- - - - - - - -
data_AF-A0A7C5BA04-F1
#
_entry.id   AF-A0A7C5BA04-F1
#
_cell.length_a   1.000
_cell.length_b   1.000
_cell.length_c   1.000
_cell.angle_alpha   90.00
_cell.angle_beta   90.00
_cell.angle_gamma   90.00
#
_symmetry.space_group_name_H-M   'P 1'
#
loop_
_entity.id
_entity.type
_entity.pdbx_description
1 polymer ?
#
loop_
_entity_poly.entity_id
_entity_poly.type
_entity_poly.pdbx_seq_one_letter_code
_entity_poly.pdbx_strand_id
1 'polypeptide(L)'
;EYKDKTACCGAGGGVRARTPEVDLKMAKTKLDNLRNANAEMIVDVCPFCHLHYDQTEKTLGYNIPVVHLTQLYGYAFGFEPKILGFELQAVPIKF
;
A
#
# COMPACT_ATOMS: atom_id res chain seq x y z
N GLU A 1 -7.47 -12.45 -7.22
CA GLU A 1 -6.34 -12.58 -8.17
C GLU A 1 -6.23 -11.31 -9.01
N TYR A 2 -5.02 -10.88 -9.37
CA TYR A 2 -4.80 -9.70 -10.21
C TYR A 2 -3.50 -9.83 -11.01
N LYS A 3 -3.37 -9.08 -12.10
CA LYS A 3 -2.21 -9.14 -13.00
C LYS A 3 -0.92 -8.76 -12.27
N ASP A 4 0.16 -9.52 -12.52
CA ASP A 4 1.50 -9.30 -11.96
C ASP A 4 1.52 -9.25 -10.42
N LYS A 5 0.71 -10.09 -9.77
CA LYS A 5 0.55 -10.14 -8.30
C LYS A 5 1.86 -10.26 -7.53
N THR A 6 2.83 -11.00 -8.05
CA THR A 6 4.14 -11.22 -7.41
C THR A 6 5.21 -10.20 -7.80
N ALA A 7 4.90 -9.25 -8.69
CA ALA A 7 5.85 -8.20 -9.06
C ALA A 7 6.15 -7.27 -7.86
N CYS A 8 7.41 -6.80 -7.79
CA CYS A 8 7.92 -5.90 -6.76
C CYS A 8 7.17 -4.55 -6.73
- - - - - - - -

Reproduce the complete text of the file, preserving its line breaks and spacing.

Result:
data_AF-A0A7C5BA04-F1
#
_entry.id   AF-A0A7C5BA04-F1
#
_cell.length_a   1.000
_cell.length_b   1.000
_cell.length_c   1.000
_cell.angle_alpha   90.00
_cell.angle_beta   90.00
_cell.angle_gamma   90.00
#
_symmetry.space_group_name_H-M   'P 1'
#
loop_
_entity.id
_entity.type
_entity.pdbx_description
1 polymer ?
#
loop_
_entity_poly.entity_id
_entity_poly.type
_entity_poly.pdbx_seq_one_letter_code
_entity_poly.pdbx_strand_id
1 'polypeptide(L)'
;EYKDKTACCGAGGGVRARTPEVDLKMAKTKLDNLRNANAEMIVDVCPFCHLHYDQTEKTLGYNIPVVHLTQLYGYAFGFEPKILGFELQAVPIKF
;
A
#
# COMPACT_ATOMS: atom_id res chain seq x y z
N GLU A 1 -7.47 -12.45 -7.22
CA GLU A 1 -6.34 -12.58 -8.17
C GLU A 1 -6.23 -11.31 -9.01
N TYR A 2 -5.02 -10.88 -9.37
CA TYR A 2 -4.80 -9.70 -10.21
C TYR A 2 -3.50 -9.83 -11.01
N LYS A 3 -3.37 -9.08 -12.10
CA LYS A 3 -2.21 -9.14 -13.00
C LYS A 3 -0.92 -8.76 -12.27
N ASP A 4 0.16 -9.52 -12.52
CA ASP A 4 1.50 -9.30 -11.96
C ASP A 4 1.52 -9.25 -10.42
N LYS A 5 0.71 -10.09 -9.77
CA LYS A 5 0.55 -10.14 -8.30
C LYS A 5 1.86 -10.26 -7.53
N THR A 6 2.83 -11.00 -8.05
CA THR A 6 4.14 -11.22 -7.41
C THR A 6 5.21 -10.20 -7.80
N ALA A 7 4.90 -9.25 -8.69
CA ALA A 7 5.85 -8.20 -9.06
C ALA A 7 6.15 -7.27 -7.86
N CYS A 8 7.41 -6.80 -7.79
CA CYS A 8 7.92 -5.90 -6.76
C CYS A 8 7.17 -4.55 -6.73